U.S. Business Activity Picks Up Steam in February, Stoking Wage-Price Spiral Fears

Jerome Powell, Chairman of the Federal Reserve Board, testifies during a House Financial S
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The U.S. economy appears to have found its footing in February, with business activity rising slightly thanks to renewed energy in the services sector.

The S&P Global flash February composite purchasing managers index, which looks at both services and manufacturing, rose by 3.4 points to 50.2, according to data released Tuesday. This is the best level in eight months and above Wall Street’s expectations.

Readings above 50 indicate the economy is growing, while readings below imply contraction.

S&P’s barometer of the services sector rose to 50.5 from 46.8 in the prior month, the first time since June of last year that the measure has indicated growth.  Still, the pace of growth was “marginal,” according to S&P Global, with firms pointing to customer hesitancy due to high inflation and interest rates.

The gauge of the manufacturing sector remains below the contraction threshold, although it rose more than expected compared with January. This indicates that conditions continued to deteriorate but at the slowest pace in four months.

Along with a strengthening in economic activity, inflation also gained steam. Selling prices rose at the fastest pace since last October, as firms passed through increased costs to their customers. Prices rose for both the manufacturing and services sector. Input prices continued to rise but at a softer pace than earlier.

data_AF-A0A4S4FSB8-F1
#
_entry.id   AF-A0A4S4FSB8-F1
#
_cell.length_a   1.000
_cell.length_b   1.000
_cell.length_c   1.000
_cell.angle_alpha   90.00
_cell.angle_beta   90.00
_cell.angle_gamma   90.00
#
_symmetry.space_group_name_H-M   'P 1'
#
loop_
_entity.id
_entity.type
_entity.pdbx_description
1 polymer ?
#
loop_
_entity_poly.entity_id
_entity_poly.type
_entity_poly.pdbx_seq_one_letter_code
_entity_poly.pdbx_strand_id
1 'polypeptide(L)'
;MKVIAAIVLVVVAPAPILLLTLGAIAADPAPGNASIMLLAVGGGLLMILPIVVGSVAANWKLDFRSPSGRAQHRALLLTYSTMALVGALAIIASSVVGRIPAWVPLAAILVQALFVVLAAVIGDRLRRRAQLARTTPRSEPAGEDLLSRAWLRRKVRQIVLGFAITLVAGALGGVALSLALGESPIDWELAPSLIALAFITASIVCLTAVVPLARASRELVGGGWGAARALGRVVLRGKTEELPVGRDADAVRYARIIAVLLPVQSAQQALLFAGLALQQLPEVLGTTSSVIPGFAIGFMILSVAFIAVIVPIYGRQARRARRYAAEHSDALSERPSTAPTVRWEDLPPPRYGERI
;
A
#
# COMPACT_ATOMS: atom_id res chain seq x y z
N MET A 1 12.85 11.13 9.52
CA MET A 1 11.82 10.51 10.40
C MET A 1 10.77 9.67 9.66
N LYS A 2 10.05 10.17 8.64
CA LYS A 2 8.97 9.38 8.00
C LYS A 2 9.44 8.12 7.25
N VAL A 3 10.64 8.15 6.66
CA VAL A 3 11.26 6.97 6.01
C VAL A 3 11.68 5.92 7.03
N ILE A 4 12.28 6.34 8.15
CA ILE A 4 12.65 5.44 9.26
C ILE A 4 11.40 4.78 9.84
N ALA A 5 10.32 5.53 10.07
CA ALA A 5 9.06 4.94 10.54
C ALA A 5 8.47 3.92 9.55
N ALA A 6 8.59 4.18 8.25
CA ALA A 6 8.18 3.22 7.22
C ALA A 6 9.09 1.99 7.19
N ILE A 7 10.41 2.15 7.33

Job growth remains strong in both manufacturing and services. The rate of job creation was the fastest since September 2022, according to S&P. This suggests that the acceleration of job growth seen in January—when the economy added more than half a million jobs—has continued into February.

Similar surveys in Europe show that output is rising in France, Germany, and the U.K. This has alleviated fears that the global economy was on the edge of a significant slump.

At the same time, the unexpected revival of growth and price hikes—as well as the ongoing strength in employment—are giving rise to fears that inflation will persist for longer, forcing central banks to tighten even more, a scenario that has been dubbed “no landing.”  That in turn could make an eventual slump even worse.

“Furthermore, the improved supply situation has taken price pressures out of manufacturing supply chains, but the survey data underscore how the upward driving force on inflation has now shifted to wages amid the tight labor market,” said S&P Global Market Intelligence Chief Economist Chris Williamson. “By potentially stoking concerns over a wageprice spiral, accelerating service sector price growth will add to calls for higher interest rates, which could in turn subdue the nascent expansion.”


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